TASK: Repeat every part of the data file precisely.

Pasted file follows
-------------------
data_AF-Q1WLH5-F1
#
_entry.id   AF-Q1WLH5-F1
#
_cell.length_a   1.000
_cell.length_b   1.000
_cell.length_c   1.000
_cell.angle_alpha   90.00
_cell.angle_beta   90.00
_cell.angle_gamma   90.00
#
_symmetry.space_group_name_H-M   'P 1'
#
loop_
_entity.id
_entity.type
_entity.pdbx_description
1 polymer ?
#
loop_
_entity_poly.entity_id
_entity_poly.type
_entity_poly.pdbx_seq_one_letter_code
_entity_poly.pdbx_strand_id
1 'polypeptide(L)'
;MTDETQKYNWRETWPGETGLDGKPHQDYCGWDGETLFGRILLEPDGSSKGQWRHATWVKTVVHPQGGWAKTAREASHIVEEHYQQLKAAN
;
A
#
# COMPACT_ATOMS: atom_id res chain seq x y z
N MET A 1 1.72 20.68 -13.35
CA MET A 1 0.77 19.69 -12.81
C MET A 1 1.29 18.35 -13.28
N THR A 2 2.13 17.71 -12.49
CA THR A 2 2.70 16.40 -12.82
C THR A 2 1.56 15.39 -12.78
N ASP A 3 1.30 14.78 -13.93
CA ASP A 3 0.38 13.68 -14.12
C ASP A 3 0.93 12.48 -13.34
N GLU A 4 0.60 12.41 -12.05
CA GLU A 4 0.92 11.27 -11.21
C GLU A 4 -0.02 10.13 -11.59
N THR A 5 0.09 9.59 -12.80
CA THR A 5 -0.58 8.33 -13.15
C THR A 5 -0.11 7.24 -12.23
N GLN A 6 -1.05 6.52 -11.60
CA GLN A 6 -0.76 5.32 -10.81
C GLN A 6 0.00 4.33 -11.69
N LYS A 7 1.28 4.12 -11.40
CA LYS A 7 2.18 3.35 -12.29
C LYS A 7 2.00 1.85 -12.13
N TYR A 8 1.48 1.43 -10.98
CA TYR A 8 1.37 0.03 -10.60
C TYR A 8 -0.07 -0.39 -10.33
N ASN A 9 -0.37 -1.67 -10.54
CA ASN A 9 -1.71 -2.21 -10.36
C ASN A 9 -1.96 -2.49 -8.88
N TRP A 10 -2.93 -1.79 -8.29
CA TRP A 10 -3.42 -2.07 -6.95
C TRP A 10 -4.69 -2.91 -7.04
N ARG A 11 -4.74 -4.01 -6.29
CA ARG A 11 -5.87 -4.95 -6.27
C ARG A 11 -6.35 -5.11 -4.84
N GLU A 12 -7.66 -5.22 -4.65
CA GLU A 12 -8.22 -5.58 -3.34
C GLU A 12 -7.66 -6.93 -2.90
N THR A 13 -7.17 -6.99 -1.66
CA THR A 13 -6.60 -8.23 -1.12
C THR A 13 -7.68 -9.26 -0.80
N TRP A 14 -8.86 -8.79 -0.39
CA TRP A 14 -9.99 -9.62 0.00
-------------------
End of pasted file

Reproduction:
data_AF-Q1WLH5-F1
#
_entry.id   AF-Q1WLH5-F1
#
_cell.length_a   1.000
_cell.length_b   1.000
_cell.length_c   1.000
_cell.angle_alpha   90.00
_cell.angle_beta   90.00
_cell.angle_gamma   90.00
#
_symmetry.space_group_name_H-M   'P 1'
#
loop_
_entity.id
_entity.type
_entity.pdbx_description
1 polymer ?
#
loop_
_entity_poly.entity_id
_entity_poly.type
_entity_poly.pdbx_seq_one_letter_code
_entity_poly.pdbx_strand_id
1 'polypeptide(L)'
;MTDETQKYNWRETWPGETGLDGKPHQDYCGWDGETLFGRILLEPDGSSKGQWRHATWVKTVVHPQGGWAKTAREASHIVEEHYQQLKAAN
;
A
#
# COMPACT_ATOMS: atom_id res chain seq x y z
N MET A 1 1.72 20.68 -13.35
CA MET A 1 0.77 19.69 -12.81
C MET A 1 1.29 18.35 -13.28
N THR A 2 2.13 17.71 -12.49
CA THR A 2 2.70 16.40 -12.82
C THR A 2 1.56 15.39 -12.78
N ASP A 3 1.30 14.78 -13.93
CA ASP A 3 0.38 13.68 -14.12
C ASP A 3 0.93 12.48 -13.34
N GLU A 4 0.60 12.41 -12.05
CA GLU A 4 0.92 11.27 -11.21
C GLU A 4 -0.02 10.13 -11.59
N THR A 5 0.09 9.59 -12.80
CA THR A 5 -0.58 8.33 -13.15
C THR A 5 -0.11 7.24 -12.23
N GLN A 6 -1.05 6.52 -11.60
CA GLN A 6 -0.76 5.32 -10.81
C GLN A 6 0.00 4.33 -11.69
N LYS A 7 1.28 4.12 -11.40
CA LYS A 7 2.18 3.35 -12.29
C LYS A 7 2.00 1.85 -12.13
N TYR A 8 1.48 1.43 -10.98
CA TYR A 8 1.37 0.03 -10.60
C TYR A 8 -0.07 -0.39 -10.33
N ASN A 9 -0.37 -1.67 -10.54
CA ASN A 9 -1.71 -2.21 -10.36
C ASN A 9 -1.96 -2.49 -8.88
N TRP A 10 -2.93 -1.79 -8.29
CA TRP A 10 -3.42 -2.07 -6.95
C TRP A 10 -4.69 -2.91 -7.04
N ARG A 11 -4.74 -4.01 -6.29
CA ARG A 11 -5.87 -4.95 -6.27
C ARG A 11 -6.35 -5.11 -4.84
N GLU A 12 -7.66 -5.22 -4.65
CA GLU A 12 -8.22 -5.58 -3.34
C GLU A 12 -7.66 -6.93 -2.90
N THR A 13 -7.17 -6.99 -1.66
CA THR A 13 -6.60 -8.23 -1.12
C THR A 13 -7.68 -9.26 -0.80
N TRP A 14 -8.86 -8.79 -0.39
CA TRP A 14 -9.99 -9.62 0.00